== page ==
Japan on Sunday rebuffed American requests to use aid to put pressure on Cambodia to hold free and fair elections, while the leaders of the Association of Southeast Asian Nations listened non-committally as U.S. Secretary of State Madeleine Albright urged them to work for democratic change in Burma.
Albright came face to face Sunday with the polite indirection of Asia and of the nine-member ASEAN, which values collegiality and consensus above all virtues.
ASEAN officials almost never “tell it like it is,” which Albright has promised will be her trademark.
Albright’s forceful admonitions to ASEAN about its responsibilities in Burma, Cambodia and North Korea, where the United States would like the organization to contribute $10 million a year to promote nuclear nonproliferation, were predictable, a senior ASEAN diplomat said Sunday. “We expected something of a lecture, and that’s what we heard.”
But Albright has also heard some lecturing in return, in particular from Malaysian Prime Minister Mahathir Mohamad, who is known for his resentment of what he considers Western arrogance.
On Cambodia, neither ASEAN nor Japan was willing to hold back the bulk of their aid to press Hun Sen, the former co-prime minister who took power this month by defeating the forces of his rival, to keep his promises for free and fair elections, as the United States, the European Union and Australia call for.
Half of Cambodia’s budget is foreign aid, and Japan’s $153 million a year represents half of that. Japan says it has four conditions for continuing aid: respect for human rights, maintenance of constitutional government, respect for the 1991 Paris accords that led to the 1993 elections, and free and fair elections in May for a new government.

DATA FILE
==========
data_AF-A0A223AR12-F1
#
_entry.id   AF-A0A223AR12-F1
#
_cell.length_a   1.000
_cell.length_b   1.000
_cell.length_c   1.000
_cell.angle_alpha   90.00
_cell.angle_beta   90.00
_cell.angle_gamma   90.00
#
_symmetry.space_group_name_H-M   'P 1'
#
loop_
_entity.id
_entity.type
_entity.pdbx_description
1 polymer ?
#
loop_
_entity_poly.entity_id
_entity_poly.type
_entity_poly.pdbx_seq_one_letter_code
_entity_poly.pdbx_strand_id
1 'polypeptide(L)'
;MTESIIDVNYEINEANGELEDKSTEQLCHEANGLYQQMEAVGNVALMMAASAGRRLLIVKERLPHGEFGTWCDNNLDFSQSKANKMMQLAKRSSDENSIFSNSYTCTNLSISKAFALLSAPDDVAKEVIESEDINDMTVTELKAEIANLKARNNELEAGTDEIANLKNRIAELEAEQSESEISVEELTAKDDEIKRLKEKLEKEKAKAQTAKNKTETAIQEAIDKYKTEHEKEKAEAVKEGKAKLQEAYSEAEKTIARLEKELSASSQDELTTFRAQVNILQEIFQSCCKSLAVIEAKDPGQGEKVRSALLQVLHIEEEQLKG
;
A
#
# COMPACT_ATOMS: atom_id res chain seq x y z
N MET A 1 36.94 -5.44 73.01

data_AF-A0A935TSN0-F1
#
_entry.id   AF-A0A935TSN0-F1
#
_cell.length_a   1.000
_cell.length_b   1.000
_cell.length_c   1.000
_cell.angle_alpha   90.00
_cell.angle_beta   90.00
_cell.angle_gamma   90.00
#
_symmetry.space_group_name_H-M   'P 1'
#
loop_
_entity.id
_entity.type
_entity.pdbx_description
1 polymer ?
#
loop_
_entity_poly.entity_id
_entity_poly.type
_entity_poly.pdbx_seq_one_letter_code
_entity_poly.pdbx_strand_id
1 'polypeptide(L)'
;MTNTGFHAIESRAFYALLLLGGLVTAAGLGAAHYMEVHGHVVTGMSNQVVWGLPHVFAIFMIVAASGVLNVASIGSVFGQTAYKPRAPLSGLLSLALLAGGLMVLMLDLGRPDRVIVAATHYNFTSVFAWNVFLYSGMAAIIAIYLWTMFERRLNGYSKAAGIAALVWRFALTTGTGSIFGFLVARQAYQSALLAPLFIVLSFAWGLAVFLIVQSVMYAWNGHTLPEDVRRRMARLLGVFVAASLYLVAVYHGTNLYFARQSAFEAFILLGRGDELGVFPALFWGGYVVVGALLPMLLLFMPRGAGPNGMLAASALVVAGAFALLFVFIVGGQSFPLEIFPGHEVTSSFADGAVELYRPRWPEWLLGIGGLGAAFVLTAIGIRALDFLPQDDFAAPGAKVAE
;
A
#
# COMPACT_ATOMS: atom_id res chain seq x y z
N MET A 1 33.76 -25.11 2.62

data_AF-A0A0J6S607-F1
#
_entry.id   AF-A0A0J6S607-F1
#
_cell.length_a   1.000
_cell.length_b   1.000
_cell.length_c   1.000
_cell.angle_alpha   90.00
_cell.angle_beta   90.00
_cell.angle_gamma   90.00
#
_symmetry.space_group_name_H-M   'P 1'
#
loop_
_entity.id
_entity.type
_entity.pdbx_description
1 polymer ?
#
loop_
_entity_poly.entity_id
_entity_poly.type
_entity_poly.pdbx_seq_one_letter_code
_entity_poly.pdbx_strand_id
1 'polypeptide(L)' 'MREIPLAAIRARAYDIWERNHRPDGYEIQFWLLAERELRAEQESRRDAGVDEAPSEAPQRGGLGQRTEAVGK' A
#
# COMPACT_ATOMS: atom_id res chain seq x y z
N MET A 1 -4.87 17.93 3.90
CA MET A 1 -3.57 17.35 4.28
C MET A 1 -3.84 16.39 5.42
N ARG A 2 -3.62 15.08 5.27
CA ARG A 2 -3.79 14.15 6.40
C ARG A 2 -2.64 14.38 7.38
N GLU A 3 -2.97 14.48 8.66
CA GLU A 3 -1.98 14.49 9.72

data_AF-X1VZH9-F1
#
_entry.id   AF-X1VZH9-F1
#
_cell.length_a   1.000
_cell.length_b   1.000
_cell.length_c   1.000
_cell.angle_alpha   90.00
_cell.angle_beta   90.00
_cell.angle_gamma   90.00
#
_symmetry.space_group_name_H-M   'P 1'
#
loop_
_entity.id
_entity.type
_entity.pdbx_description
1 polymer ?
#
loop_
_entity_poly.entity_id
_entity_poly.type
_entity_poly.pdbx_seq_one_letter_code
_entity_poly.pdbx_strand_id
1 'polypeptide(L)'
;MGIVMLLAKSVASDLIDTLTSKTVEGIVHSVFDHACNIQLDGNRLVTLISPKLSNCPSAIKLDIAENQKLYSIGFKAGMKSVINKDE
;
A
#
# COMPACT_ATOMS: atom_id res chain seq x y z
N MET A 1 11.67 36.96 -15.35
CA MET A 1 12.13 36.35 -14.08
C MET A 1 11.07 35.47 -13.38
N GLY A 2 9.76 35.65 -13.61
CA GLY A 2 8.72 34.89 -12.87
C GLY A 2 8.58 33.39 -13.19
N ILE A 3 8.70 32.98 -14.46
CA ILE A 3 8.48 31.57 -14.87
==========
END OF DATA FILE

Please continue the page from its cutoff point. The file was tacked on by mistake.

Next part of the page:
While those conditions are not now being met, Hun Sen has promised to meet them, and that is sufficient, said Nobuaki Tanaka, spokesman for Japanese Foreign Minister Yukihiko Ikeda.
“There is a commitment - that we respect.”
Mahathir, the Malaysian prime minister, while polite to Albright in person, has been making some of the choice anti-American statements that keeps him so popular in the developing world.
He criticized what he sees as an American assumption that Asia needs its protection, first during the Vietnam War and, today, from “other powerful Eastern countries,” like China. “But against all odds Vietnam, and its much derided soldiers in black pajamas won against the greatest power on earth, and Asian dominoes did not fall, but instead prospered,” he said.
xxxx MEMBERS ASEAN comprises Brunei, Burma, Indonesia, Malaysia, the Philippines, Singapore, Thailand, Vietnam and Laos.